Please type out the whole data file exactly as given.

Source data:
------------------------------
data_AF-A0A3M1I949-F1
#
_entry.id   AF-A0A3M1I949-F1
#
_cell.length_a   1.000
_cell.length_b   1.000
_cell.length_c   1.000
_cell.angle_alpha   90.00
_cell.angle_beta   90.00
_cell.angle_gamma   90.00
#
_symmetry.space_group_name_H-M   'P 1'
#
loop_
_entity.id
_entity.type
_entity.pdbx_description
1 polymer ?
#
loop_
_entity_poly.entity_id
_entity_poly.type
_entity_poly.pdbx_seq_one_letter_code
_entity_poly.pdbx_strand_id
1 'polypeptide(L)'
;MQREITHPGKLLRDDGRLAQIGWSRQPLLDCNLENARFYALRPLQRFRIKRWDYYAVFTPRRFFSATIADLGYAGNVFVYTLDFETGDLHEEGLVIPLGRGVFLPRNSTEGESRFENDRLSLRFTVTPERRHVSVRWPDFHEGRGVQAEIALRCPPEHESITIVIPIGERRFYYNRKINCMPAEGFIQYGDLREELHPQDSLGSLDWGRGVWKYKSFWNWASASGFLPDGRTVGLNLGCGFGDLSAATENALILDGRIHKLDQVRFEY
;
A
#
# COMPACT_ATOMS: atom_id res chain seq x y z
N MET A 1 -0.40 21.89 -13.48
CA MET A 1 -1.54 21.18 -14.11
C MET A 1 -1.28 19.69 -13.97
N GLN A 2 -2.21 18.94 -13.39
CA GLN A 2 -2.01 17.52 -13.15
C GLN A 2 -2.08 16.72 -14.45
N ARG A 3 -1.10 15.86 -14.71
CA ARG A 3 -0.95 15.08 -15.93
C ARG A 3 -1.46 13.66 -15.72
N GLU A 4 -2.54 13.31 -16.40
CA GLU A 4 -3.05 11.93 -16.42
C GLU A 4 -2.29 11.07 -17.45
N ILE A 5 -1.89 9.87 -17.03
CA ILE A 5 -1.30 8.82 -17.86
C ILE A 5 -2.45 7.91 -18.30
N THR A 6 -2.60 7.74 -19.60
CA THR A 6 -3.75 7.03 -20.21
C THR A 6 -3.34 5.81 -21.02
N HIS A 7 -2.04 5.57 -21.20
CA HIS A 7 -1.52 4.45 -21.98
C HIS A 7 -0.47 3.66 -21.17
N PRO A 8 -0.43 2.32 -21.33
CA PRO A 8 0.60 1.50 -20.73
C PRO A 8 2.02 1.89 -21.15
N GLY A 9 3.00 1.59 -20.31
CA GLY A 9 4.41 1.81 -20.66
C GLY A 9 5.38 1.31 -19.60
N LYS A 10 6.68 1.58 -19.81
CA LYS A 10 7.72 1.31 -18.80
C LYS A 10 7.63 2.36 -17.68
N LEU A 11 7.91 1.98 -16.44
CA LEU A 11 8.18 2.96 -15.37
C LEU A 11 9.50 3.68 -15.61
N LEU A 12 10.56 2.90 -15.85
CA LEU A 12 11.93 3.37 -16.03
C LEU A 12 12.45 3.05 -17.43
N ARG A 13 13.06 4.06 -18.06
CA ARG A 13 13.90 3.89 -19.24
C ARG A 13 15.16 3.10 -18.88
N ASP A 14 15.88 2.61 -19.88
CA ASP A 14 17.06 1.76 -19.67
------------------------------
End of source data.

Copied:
data_AF-A0A3M1I949-F1
#
_entry.id   AF-A0A3M1I949-F1
#
_cell.length_a   1.000
_cell.length_b   1.000
_cell.length_c   1.000
_cell.angle_alpha   90.00
_cell.angle_beta   90.00
_cell.angle_gamma   90.00
#
_symmetry.space_group_name_H-M   'P 1'
#
loop_
_entity.id
_entity.type
_entity.pdbx_description
1 polymer ?
#
loop_
_entity_poly.entity_id
_entity_poly.type
_entity_poly.pdbx_seq_one_letter_code
_entity_poly.pdbx_strand_id
1 'polypeptide(L)'
;MQREITHPGKLLRDDGRLAQIGWSRQPLLDCNLENARFYALRPLQRFRIKRWDYYAVFTPRRFFSATIADLGYAGNVFVYTLDFETGDLHEEGLVIPLGRGVFLPRNSTEGESRFENDRLSLRFTVTPERRHVSVRWPDFHEGRGVQAEIALRCPPEHESITIVIPIGERRFYYNRKINCMPAEGFIQYGDLREELHPQDSLGSLDWGRGVWKYKSFWNWASASGFLPDGRTVGLNLGCGFGDLSAATENALILDGRIHKLDQVRFEY
;
A
#
# COMPACT_ATOMS: atom_id res chain seq x y z
N MET A 1 -0.40 21.89 -13.48
CA MET A 1 -1.54 21.18 -14.11
C MET A 1 -1.28 19.69 -13.97
N GLN A 2 -2.21 18.94 -13.39
CA GLN A 2 -2.01 17.52 -13.15
C GLN A 2 -2.08 16.72 -14.45
N ARG A 3 -1.10 15.86 -14.71
CA ARG A 3 -0.95 15.08 -15.93
C ARG A 3 -1.46 13.66 -15.72
N GLU A 4 -2.54 13.31 -16.40
CA GLU A 4 -3.05 11.93 -16.42
C GLU A 4 -2.29 11.07 -17.45
N ILE A 5 -1.89 9.87 -17.03
CA ILE A 5 -1.30 8.82 -17.86
C ILE A 5 -2.45 7.91 -18.30
N THR A 6 -2.60 7.74 -19.60
CA THR A 6 -3.75 7.03 -20.21
C THR A 6 -3.34 5.81 -21.02
N HIS A 7 -2.04 5.57 -21.20
CA HIS A 7 -1.52 4.45 -21.98
C HIS A 7 -0.47 3.66 -21.17
N PRO A 8 -0.43 2.32 -21.33
CA PRO A 8 0.60 1.50 -20.73
C PRO A 8 2.02 1.89 -21.15
N GLY A 9 3.00 1.59 -20.31
CA GLY A 9 4.41 1.81 -20.66
C GLY A 9 5.38 1.31 -19.60
N LYS A 10 6.68 1.58 -19.81
CA LYS A 10 7.72 1.31 -18.80
C LYS A 10 7.63 2.36 -17.68
N LEU A 11 7.91 1.98 -16.44
CA LEU A 11 8.18 2.96 -15.37
C LEU A 11 9.50 3.68 -15.61
N LEU A 12 10.56 2.90 -15.85
CA LEU A 12 11.93 3.37 -16.03
C LEU A 12 12.45 3.05 -17.43
N ARG A 13 13.06 4.06 -18.06
CA ARG A 13 13.90 3.89 -19.24
C ARG A 13 15.16 3.10 -18.88
N ASP A 14 15.88 2.61 -19.88
CA ASP A 14 17.06 1.76 -19.67